Lucie: Okay, sure thing, and I just want to say that it’s a great privilege to be here. So yeah, so my work - what i’m really, really interested in - what my research focuses on is barriers to workforce participation. So it’s a broad category but specifically over the past 6 years my colleagues and I - Lynne Robinson at Dalhousie and Catherine Loughlin here at Saint Mary’s University -  we’ve been looking at the return to work of breast cancer survivors. And why we’re focused on breast cancer is because folks may not know, although the cure rate, or treatment for breast cancer has come a long way but women with cancer have among the highest unemployment rates. And so, we’re focused on figuring why that is. What we’ve discovered is, of course women are still marginalized in the workplace, still work in precarious employment. So, precarious meaning part time work, work without benefits... and so a cancer diagnosis among women who are in these spheres of employment is especially hard.

Shelley: Mhm, yes, absolutely, they already face barriers and when they do get a cancer diagnosis it just exacerbates the things that they go through. Tell me, what got you interested in this particular area? I know that this is something that you are very passionate about, what got you started on this journey?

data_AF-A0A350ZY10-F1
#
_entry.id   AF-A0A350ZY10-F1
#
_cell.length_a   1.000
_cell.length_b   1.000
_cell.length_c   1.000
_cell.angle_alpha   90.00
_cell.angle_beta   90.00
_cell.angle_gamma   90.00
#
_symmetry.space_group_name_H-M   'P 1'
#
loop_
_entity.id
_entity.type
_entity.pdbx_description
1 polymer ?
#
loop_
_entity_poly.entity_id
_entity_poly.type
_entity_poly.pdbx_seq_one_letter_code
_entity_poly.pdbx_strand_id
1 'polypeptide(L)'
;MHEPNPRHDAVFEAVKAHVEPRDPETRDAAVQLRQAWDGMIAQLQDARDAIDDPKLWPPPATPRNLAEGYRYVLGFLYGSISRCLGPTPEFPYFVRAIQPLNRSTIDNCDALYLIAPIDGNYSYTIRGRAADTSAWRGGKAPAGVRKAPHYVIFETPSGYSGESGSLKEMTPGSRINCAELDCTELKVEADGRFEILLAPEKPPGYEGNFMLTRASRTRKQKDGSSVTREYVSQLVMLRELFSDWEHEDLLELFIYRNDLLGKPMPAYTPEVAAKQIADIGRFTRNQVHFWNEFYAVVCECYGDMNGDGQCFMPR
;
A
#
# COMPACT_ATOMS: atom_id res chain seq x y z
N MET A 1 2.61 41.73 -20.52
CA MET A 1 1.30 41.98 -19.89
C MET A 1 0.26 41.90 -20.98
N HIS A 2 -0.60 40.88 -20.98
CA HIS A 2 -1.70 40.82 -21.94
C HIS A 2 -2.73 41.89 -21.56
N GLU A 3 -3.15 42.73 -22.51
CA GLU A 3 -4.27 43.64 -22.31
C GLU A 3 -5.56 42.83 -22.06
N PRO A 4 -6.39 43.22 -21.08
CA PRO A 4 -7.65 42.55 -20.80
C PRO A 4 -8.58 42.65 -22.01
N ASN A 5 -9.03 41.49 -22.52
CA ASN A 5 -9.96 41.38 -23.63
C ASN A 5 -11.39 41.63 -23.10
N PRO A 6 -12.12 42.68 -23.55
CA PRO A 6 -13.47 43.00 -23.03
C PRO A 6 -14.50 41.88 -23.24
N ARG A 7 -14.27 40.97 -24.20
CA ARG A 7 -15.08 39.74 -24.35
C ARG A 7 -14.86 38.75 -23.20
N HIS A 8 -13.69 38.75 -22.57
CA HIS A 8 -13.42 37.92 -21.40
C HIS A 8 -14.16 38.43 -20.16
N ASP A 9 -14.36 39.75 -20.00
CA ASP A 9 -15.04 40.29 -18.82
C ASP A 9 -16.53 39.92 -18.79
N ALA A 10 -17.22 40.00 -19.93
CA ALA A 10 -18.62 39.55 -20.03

Lucie: Well, I want to say what got me really interested, so, just workforce participation in general - I am actually the daughter of two disabled parents. And so it’s been quite a passion of mine to just figure out you know, how, what are the barriers to just workforce participation? Work is quite a source of - it’s a social role we have, as a worker, which gives quite a source of pride, it fulfills a lot of psychological needs we have. And you know, just growing up and seeing various barriers, you know systemic barriers, that really I thought, do they really need to be there? Does that particular barrier need to be there? What can we do to figure out how to, and not just how to, not just to overcome the barrier, but how about we not put it up in the first place? How about we look at the system, take a systemic approach? So, look at all the different participants in the system and start to create workplaces that actually don’t have the barriers to begin with.